Somehow, the renewable sector in Sicily was infiltrated by the mob
If you look at it in one way, this is pretty good news. After all, if renewable energy weren’t a growing market with potential for profit, why would the mob have any interest in it? From the Washington Post:
The still-emerging links of the mafia to the once-booming wind and solar sector here are raising fresh questions about the use of government subsidies to fuel a shift toward cleaner energies, with critics claiming huge state incentives created excessive profits for companies and a market bubble ripe for fraud. China-based Suntech, the world’s largest solar panel maker, last month said it would need to restate more than two years of financial results because of allegedly fake capital put up to finance new plants in Italy. The discoveries here also follow so-called “eco-corruption” cases in Spain, where a number of companies stand accused of illegally tapping state aid.
Because it receives more sun and wind than any other part of Italy, Sicily became one of Europe’s most obvious hotbeds for renewable energies over the past decade. As the Italian government began offering billions of euros annually in subsidies for wind and solar development, the potential profitability of such projects also soared — a fact that did not go unnoticed by Sicily’s infamous crime families.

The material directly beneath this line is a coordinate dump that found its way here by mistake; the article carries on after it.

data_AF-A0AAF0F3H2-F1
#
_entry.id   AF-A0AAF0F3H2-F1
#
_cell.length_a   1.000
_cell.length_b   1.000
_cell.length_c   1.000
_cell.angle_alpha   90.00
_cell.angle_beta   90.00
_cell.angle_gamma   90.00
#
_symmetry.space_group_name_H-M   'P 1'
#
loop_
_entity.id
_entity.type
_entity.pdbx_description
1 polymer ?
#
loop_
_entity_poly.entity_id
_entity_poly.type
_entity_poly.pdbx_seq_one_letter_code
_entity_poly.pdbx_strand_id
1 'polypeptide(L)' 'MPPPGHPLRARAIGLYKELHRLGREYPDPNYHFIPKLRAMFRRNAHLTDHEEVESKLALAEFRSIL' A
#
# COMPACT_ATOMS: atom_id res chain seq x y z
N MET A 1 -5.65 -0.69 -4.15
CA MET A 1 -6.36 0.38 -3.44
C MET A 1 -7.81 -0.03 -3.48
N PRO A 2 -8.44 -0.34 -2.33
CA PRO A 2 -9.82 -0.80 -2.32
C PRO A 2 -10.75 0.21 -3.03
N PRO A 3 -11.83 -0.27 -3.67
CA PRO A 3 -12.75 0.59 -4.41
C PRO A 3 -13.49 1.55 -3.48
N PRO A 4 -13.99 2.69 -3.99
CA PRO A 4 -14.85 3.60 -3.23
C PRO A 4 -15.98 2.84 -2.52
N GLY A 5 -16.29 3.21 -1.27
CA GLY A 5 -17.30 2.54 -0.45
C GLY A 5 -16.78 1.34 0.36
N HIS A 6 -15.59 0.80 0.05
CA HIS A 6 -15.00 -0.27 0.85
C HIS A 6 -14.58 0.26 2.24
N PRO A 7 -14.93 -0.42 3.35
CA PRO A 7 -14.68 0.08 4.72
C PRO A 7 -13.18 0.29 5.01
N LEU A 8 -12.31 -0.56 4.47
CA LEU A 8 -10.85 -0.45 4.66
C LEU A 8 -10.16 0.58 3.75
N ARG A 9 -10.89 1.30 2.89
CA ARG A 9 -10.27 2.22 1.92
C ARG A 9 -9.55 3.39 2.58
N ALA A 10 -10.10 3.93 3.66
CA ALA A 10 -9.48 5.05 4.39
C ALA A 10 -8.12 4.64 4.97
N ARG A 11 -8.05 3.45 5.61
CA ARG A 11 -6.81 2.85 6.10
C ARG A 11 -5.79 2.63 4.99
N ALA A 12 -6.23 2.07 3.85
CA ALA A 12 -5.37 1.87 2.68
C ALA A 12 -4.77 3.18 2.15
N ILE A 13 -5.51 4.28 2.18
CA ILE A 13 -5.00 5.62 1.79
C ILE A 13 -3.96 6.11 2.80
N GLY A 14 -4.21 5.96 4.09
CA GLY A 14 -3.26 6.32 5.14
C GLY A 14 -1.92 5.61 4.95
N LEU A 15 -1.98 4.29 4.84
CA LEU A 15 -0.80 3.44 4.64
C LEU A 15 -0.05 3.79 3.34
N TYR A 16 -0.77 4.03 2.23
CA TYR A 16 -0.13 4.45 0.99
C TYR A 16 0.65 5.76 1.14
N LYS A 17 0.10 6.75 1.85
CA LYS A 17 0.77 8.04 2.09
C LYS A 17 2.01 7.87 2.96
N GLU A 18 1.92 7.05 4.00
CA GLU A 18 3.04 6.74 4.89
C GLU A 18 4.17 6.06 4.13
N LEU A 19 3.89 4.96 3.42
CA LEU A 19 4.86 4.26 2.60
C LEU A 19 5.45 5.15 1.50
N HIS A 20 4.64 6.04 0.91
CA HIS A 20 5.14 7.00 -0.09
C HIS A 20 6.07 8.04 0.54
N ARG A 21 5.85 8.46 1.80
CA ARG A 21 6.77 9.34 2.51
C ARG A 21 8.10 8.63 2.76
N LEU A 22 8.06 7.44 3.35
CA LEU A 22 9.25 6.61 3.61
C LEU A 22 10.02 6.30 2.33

Unsurprisingly, the discovery of deep Mafia infiltration in a heavily subsidized industry prompted the government to step in.
Roughly a third of the island’s 30 wind farms — along with several solar power plants — have been seized by authorities. Officials have frozen more than $2 billion in assets and arrested a dozen alleged crime bosses; corrupt local councilors and mafia-linked entrepreneurs. Italian prosecutors are now investigating suspected mafia involvement in renewable energy projects from Sardinia to Apulia.
My initial optimism aside, this is clearly bad news for the sector in Italy. In 2011, Italy led the world in new solar capacity and was fourth in overall renewable investment, according to the Renewable Energy Policy Network for the 21st Century [PDF]. 2013 will almost certainly be less successful.
It does, however, provide inspiration for the script I’ve been developing, working title: Godfather IV. The only line I have so far is, “Leave the solar panel; take the cannoli.” But I think it shows promise.
Sting operations reveal Mafia involvement in renewable energy,